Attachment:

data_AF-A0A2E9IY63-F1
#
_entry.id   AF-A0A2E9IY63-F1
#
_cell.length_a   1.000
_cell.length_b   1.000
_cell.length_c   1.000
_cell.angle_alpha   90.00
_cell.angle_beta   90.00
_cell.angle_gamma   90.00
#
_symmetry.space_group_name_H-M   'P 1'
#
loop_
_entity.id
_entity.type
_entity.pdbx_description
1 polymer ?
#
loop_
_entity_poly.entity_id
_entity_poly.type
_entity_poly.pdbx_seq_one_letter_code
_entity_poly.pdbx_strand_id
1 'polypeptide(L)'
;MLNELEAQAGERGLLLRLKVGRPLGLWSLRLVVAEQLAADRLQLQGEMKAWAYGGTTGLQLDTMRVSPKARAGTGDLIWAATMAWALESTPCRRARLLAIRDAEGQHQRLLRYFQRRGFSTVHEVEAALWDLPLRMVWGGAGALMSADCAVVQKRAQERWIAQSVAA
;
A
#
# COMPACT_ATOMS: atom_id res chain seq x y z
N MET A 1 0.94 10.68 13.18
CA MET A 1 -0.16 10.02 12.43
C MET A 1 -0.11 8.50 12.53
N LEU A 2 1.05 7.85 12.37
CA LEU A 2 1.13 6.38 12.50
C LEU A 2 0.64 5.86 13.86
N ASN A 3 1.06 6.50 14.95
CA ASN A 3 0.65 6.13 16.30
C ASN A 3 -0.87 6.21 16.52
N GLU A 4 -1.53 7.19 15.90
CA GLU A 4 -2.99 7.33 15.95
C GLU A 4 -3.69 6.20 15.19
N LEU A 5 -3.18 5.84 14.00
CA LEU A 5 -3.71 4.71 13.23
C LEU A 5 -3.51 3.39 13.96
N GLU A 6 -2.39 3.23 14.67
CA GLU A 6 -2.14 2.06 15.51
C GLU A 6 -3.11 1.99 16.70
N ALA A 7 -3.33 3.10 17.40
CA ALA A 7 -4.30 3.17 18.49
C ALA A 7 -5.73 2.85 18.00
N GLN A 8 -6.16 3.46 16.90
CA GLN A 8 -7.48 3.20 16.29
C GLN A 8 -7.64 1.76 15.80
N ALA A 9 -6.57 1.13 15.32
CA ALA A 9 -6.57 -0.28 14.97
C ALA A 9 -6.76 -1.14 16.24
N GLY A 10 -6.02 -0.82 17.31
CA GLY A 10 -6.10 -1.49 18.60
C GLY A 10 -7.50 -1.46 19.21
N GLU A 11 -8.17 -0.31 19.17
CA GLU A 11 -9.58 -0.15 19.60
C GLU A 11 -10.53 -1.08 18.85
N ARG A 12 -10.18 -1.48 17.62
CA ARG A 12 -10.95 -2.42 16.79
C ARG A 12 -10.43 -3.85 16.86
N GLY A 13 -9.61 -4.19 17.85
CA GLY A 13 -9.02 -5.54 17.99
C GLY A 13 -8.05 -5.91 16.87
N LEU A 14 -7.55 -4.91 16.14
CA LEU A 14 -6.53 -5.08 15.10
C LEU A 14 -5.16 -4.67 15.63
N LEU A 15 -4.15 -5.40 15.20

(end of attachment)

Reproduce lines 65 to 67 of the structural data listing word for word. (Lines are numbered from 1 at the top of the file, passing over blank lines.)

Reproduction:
CA ARG A 12 -10.95 -2.42 16.79
C ARG A 12 -10.43 -3.85 16.86
N GLY A 13 -9.61 -4.19 17.85